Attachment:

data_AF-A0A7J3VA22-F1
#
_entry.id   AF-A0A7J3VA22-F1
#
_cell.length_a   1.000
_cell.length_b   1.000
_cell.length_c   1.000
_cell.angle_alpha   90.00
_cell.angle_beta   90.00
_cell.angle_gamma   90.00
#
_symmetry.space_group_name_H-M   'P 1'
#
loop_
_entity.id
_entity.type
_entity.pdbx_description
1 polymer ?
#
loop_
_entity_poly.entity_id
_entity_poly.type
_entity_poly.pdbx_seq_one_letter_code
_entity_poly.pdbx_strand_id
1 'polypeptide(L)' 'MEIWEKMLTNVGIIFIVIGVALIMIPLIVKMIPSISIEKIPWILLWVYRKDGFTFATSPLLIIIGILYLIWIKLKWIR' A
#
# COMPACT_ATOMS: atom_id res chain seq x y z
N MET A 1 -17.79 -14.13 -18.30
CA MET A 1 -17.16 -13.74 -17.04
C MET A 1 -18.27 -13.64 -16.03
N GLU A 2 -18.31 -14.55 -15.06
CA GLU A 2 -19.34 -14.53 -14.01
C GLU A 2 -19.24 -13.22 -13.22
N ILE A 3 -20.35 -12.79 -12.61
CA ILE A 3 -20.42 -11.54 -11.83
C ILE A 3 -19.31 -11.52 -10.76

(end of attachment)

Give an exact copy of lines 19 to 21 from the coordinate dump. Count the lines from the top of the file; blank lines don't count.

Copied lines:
#
loop_
_entity_poly.entity_id